Yes drummer Alan White dead at 72

Alan White
(Image credit: Press)

Yes drummer Alan White has died, aged 72, his wife Gigi has confirmed.

In a statement on White's Facebook page (opens in new tab), Gigi said: "Alan White, our beloved husband, dad, and grandpa, passed away at the age of 72 at his Seattle-area home on May 26, 2022, after a brief illness.

"Throughout his life and six-decade career, Alan was many things to many people: a certified rock star to fans around the world; band mate to a select few, and gentleman and friend to all who met him.

"Alan was born in Pelton, County Durham, England on June 14, 1949. He began piano lessons at the age of six, began playing the drums at age twelve, and has been performing publicly since the age of thirteen.

"Throughout the 1960s, Alan honed his craft with a variety of bands, including The Downbeats, The Gamblers, Billy Fury, Alan Price Big Band, Bell and Arc, Terry Reid, Happy Magazine (later called Griffin), and Balls with Trevor Burton (The Move) and Denny Laine (Wings).

"In 1968, Alan joined Ginger Baker’s Airforce, a new group that was put together by the former drummer of Cream and other noted musicians from England’s music scene including Steve Winwood, formerly of Traffic.

"In 1969, Alan received what he thought at the time to be a prank phone call, but it was John Lennon calling to ask Alan to join the Plastic Ono Band. The next day Alan found himself learning songs in the back of an airliner headed to Toronto with Lennon, Yoko Ono, Eric Clapton, and Klaus Voormann. The ensuing album, Live Peace In Toronto, sold millions of copies, peaking at number 10 on the charts.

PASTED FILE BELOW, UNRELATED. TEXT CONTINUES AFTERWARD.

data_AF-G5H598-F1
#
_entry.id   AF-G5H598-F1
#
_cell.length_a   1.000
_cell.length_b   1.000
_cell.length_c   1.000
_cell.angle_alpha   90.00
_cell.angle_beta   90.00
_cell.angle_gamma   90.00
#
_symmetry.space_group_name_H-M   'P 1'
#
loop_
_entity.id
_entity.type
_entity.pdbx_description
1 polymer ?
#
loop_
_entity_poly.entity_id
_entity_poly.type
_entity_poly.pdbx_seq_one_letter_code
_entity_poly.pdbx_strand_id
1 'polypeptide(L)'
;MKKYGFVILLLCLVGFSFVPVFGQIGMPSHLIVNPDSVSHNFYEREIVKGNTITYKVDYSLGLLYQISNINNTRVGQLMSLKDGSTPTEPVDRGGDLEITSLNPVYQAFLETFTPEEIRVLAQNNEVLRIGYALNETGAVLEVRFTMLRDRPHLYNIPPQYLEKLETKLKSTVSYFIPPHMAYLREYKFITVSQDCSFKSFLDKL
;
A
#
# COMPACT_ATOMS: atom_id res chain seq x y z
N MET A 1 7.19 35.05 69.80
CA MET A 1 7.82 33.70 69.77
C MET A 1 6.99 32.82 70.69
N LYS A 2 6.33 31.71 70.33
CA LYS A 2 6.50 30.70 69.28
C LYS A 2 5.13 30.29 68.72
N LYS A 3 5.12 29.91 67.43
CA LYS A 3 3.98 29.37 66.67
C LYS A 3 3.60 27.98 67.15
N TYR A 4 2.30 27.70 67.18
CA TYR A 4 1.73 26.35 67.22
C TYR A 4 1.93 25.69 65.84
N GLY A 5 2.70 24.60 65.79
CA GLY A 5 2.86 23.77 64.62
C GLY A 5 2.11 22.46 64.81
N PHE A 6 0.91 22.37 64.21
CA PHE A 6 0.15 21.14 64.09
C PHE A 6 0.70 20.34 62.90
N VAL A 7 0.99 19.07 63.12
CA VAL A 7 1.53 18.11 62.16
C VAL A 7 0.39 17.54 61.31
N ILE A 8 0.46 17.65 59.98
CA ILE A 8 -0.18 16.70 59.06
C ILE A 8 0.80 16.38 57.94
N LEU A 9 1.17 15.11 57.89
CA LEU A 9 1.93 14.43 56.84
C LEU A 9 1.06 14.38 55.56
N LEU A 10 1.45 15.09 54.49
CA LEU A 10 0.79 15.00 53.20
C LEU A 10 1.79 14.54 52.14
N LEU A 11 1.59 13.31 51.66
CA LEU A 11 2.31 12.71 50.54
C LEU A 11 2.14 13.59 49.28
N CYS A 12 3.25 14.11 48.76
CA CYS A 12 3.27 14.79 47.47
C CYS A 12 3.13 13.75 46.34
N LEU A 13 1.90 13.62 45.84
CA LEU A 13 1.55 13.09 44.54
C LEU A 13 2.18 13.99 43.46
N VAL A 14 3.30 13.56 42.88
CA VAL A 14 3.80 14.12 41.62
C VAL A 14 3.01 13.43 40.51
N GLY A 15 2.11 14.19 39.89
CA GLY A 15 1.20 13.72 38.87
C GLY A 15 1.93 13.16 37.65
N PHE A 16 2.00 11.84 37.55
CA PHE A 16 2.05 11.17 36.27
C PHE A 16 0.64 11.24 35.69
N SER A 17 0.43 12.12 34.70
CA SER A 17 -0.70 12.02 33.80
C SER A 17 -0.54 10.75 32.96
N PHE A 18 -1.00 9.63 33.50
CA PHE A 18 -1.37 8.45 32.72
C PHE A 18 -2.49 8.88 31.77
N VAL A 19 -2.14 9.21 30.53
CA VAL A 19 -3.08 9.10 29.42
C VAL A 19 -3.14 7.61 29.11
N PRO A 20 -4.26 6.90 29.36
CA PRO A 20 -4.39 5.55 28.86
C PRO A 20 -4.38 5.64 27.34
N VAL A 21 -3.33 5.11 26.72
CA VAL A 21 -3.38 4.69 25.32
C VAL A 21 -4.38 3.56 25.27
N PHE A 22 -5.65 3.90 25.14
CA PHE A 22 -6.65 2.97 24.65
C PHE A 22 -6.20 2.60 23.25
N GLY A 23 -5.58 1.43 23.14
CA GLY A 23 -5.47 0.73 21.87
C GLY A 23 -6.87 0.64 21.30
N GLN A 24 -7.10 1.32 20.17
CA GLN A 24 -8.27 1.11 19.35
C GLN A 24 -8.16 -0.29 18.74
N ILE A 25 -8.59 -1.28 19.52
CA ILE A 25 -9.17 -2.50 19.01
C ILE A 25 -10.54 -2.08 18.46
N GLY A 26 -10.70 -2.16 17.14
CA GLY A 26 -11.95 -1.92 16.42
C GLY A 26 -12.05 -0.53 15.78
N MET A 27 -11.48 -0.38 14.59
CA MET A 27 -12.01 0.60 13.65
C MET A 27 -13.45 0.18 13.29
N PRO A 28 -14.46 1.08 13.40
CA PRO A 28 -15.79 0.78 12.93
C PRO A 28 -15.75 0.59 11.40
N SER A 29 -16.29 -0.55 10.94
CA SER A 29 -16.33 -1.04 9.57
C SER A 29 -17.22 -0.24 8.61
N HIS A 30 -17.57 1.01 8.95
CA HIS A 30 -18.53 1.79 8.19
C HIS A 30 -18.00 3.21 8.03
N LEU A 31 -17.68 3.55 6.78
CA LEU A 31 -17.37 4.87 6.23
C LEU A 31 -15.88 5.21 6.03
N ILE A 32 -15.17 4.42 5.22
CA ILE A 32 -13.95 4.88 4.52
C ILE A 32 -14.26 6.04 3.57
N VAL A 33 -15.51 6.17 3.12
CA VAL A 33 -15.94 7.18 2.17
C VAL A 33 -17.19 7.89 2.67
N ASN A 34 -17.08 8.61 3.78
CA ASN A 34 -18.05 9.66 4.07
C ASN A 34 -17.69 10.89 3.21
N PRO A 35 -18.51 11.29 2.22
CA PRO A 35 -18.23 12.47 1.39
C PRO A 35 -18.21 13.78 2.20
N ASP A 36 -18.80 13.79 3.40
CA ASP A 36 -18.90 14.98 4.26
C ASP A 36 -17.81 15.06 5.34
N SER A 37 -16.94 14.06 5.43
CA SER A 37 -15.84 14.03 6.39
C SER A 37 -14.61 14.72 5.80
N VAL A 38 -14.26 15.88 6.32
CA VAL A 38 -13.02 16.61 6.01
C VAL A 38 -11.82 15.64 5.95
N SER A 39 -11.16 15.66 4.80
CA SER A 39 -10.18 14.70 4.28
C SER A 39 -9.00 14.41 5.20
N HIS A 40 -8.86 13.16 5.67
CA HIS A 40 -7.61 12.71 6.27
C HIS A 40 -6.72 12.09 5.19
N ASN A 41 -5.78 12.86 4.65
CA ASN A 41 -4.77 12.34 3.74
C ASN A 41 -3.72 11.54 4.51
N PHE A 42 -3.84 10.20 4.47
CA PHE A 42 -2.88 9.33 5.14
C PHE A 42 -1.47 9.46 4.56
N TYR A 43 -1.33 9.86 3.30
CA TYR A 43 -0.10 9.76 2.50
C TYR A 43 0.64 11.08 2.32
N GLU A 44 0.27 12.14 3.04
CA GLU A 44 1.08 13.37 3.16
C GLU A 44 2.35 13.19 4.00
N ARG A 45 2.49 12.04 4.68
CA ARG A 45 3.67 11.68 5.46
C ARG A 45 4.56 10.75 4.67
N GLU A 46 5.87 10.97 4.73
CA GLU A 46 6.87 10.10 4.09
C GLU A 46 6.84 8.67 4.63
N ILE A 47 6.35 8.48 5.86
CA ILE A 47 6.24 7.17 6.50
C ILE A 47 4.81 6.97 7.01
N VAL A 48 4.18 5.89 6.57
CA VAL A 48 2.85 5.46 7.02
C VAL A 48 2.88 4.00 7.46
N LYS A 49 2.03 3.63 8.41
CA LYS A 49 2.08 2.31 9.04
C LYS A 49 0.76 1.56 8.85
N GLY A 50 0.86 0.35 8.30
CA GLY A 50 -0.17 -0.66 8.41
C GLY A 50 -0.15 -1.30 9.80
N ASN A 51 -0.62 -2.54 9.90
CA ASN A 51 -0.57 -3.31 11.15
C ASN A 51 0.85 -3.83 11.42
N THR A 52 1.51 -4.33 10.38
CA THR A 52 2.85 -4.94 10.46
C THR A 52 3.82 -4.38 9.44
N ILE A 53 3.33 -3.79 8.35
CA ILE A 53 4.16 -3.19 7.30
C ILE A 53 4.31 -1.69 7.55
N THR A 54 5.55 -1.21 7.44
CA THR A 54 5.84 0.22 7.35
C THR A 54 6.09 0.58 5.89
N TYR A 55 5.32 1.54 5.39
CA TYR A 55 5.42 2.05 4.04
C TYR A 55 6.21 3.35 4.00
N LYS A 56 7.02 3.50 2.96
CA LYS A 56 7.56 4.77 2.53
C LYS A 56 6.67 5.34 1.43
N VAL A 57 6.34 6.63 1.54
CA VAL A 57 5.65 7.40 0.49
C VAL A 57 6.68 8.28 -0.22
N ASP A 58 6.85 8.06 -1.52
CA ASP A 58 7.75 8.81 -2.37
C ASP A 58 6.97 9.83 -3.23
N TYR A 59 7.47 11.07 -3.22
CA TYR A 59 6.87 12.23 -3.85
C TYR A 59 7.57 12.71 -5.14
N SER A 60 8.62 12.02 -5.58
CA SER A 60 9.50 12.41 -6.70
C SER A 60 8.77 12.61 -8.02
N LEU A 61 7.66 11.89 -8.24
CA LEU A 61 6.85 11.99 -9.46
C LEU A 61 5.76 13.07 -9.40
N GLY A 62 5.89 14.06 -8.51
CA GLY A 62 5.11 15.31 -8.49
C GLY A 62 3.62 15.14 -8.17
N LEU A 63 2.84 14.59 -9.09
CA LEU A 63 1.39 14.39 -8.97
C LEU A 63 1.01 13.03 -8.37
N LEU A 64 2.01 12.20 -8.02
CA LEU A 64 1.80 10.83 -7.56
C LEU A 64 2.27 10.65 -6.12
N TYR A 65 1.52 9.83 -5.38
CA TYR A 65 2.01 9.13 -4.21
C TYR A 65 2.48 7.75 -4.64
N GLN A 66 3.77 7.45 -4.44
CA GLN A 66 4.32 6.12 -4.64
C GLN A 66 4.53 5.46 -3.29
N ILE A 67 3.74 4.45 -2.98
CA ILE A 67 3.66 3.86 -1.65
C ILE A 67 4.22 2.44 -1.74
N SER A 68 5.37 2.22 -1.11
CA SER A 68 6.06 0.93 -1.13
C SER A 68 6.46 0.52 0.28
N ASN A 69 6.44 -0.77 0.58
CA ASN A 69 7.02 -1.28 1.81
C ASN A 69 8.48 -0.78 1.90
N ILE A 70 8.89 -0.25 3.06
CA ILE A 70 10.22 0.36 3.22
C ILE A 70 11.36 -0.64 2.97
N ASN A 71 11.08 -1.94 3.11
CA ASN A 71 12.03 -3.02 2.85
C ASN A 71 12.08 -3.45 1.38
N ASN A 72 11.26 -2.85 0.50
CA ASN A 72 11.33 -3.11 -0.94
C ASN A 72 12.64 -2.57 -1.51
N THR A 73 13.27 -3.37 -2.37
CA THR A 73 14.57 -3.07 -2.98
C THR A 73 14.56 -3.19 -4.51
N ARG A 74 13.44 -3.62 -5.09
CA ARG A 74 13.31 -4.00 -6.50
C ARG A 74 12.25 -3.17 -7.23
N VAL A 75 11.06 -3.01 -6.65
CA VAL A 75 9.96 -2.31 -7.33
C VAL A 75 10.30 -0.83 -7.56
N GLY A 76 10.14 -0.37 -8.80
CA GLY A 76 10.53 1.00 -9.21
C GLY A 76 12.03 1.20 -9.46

"Alan’s association with Lennon continued, recording singles like Instant Karma and the subsequent landmark album, Imagine, with Alan providing drums for the title song, Jealous Guy, and How Do You Sleep at Night. Alan’s work with Lennon led to an introduction to George Harrison, who asked Alan to perform on the album All Things Must Pass, including the single, My Sweet Lord, released in 1970. Alan subsequently worked with many artists for the Apple label, including Billy Preston, Rosetta Hightower, and Doris Troy.

"Alan joined Yes on July 27, 1972, and with only three days to learn the music, Yes opened their US tour before 15,000 fans in Dallas, Texas on July 30, 1972. Alan has been with Yes ever since, and with the passing of founding member, Chris Squire, in June 2015, Alan is the longest continuously serving band member.

"Alan is preceded in death by his parents, Raymond and May White (née Thrower), his sister-in-law, Mindi Hall, and many loyal furry companions. He is survived by his wife of forty years (May 15, 1982) Rogena “Gigi” (née Walberg), his children, Jesse (Emily), their two children JJ and Ellie, and Cassi (Kela), and sister-in-law Andrea Holmqvist (Robert)."

Earlier this week Yes announced that White would not feature on the band's upcoming 50th Anniversary Close To The Edge UK Tour due to health concerns.

The band will now dedicate their 50th Anniversary Close to the Edge UK Tour in June to White. 

Writer and broadcaster Jerry Ewing is the Editor of Prog Magazine which he founded for Future Publishing in 2009. He grew up in Sydney and began his writing career in London for Metal Forces magazine in 1989. He has since written for Metal Hammer, Maxim, Vox, Stuff and Bizarre magazines, among others. He created and edited Classic Rock Magazine for Dennis Publishing in 1998 and is the author of a variety of books on both music and sport, including Wonderous Stories; A Journey Through The Landscape Of Progressive Rock, as well as sleevenotes for many major record labels. He lives in North London and happily indulges a passion for AC/DC, Chelsea Football Club and Sydney Roosters.